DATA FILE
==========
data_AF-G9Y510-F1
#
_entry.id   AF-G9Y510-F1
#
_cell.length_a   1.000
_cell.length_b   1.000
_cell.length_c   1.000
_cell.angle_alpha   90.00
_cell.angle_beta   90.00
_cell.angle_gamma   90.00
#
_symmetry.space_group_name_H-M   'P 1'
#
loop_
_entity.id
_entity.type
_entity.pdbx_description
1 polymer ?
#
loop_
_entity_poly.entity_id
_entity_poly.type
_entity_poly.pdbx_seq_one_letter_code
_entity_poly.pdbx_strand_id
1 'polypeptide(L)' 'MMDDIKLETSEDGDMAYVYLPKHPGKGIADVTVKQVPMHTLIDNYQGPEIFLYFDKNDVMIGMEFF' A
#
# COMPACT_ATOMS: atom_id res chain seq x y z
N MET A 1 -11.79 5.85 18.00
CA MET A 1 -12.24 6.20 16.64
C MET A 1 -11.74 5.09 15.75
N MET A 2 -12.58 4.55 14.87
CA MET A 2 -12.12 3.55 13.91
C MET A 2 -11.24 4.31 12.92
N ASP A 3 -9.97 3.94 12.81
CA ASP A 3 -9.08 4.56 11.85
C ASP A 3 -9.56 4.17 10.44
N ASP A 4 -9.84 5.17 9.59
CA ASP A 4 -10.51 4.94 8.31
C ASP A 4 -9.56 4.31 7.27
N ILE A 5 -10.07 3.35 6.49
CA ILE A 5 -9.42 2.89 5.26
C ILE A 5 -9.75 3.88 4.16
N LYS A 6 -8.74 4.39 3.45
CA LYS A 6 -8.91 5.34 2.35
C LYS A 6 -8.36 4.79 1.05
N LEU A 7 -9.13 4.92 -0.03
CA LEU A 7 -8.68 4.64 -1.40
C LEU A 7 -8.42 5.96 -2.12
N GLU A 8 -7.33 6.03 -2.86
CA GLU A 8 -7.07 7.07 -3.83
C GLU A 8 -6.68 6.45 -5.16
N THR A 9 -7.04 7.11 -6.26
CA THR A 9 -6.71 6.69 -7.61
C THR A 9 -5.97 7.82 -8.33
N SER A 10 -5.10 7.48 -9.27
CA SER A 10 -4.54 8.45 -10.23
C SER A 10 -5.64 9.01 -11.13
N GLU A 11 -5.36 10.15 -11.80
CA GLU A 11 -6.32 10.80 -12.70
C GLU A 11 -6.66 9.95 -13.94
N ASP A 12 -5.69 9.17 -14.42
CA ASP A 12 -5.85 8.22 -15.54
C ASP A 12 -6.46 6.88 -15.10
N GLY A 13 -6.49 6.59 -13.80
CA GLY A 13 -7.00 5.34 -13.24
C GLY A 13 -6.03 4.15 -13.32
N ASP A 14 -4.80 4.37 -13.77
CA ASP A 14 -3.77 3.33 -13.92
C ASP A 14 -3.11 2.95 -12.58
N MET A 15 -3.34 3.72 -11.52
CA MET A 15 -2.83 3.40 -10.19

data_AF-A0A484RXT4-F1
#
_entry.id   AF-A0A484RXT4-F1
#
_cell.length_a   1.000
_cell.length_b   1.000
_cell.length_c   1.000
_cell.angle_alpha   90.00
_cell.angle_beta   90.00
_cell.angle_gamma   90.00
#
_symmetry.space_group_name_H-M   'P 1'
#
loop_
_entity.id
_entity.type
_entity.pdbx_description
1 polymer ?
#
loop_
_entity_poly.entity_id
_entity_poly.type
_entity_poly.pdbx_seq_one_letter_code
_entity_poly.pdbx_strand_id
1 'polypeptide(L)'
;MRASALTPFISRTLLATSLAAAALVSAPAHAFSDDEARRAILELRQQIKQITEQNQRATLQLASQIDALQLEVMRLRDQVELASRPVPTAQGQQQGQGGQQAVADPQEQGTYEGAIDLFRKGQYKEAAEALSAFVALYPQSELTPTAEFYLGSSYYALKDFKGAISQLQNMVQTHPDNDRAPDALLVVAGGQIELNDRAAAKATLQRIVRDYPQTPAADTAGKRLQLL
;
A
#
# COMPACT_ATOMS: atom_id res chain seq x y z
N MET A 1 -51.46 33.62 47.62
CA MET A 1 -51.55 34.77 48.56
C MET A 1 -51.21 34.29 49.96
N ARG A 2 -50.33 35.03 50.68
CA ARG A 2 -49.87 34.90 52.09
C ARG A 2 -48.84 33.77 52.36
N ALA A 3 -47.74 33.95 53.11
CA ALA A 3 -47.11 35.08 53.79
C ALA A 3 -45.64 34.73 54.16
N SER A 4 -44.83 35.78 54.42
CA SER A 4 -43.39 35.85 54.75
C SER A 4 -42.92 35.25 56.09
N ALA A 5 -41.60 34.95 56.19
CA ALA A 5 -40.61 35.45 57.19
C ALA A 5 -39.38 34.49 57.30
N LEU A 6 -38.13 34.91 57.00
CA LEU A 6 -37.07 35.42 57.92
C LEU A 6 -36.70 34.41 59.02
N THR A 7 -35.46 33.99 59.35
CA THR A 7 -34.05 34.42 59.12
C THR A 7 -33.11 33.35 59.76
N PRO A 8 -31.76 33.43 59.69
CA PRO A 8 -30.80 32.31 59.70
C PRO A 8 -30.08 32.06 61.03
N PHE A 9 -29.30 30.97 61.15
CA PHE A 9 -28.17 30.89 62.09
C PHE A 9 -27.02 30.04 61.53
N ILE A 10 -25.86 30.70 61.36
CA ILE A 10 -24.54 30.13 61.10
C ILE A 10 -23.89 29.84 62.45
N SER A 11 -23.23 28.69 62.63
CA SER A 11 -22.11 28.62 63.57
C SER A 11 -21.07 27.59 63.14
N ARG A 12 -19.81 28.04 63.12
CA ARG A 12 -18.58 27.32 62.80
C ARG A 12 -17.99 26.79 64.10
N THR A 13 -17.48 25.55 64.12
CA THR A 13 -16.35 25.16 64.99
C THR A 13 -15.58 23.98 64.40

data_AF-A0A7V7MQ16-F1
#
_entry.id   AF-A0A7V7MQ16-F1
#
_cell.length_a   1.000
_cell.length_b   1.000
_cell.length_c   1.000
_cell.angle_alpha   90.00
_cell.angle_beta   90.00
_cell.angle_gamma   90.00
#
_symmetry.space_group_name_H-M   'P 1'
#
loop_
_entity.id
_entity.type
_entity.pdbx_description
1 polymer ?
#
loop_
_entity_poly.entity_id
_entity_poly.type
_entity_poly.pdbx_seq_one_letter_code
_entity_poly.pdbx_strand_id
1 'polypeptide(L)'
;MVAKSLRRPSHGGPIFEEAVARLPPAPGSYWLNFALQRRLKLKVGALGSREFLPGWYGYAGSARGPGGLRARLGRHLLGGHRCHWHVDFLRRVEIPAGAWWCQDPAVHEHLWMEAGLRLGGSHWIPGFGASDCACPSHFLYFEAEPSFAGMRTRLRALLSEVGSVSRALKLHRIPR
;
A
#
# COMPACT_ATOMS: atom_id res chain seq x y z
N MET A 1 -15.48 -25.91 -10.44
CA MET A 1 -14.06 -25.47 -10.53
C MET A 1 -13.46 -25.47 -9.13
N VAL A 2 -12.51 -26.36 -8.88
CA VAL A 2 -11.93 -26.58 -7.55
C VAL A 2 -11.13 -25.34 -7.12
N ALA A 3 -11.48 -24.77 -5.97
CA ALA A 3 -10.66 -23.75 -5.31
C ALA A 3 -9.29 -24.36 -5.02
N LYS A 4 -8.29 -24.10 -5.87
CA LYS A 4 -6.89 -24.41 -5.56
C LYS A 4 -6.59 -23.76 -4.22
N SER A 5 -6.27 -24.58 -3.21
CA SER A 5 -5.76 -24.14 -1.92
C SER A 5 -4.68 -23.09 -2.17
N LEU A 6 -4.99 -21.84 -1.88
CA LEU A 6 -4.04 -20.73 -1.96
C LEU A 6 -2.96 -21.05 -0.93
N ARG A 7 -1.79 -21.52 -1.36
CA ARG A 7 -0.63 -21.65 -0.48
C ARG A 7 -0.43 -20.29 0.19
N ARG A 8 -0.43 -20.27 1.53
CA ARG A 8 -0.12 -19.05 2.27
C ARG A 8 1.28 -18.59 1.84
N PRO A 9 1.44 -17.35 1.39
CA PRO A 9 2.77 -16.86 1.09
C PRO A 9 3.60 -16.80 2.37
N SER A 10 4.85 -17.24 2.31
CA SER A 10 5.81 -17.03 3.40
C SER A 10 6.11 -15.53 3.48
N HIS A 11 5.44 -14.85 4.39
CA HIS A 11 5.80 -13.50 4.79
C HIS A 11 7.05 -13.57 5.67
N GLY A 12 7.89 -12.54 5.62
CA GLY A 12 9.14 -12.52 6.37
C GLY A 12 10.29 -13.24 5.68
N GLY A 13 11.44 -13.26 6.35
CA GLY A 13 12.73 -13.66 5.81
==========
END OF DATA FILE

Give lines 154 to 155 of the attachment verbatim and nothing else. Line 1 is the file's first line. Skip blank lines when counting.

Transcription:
loop_
_entity.id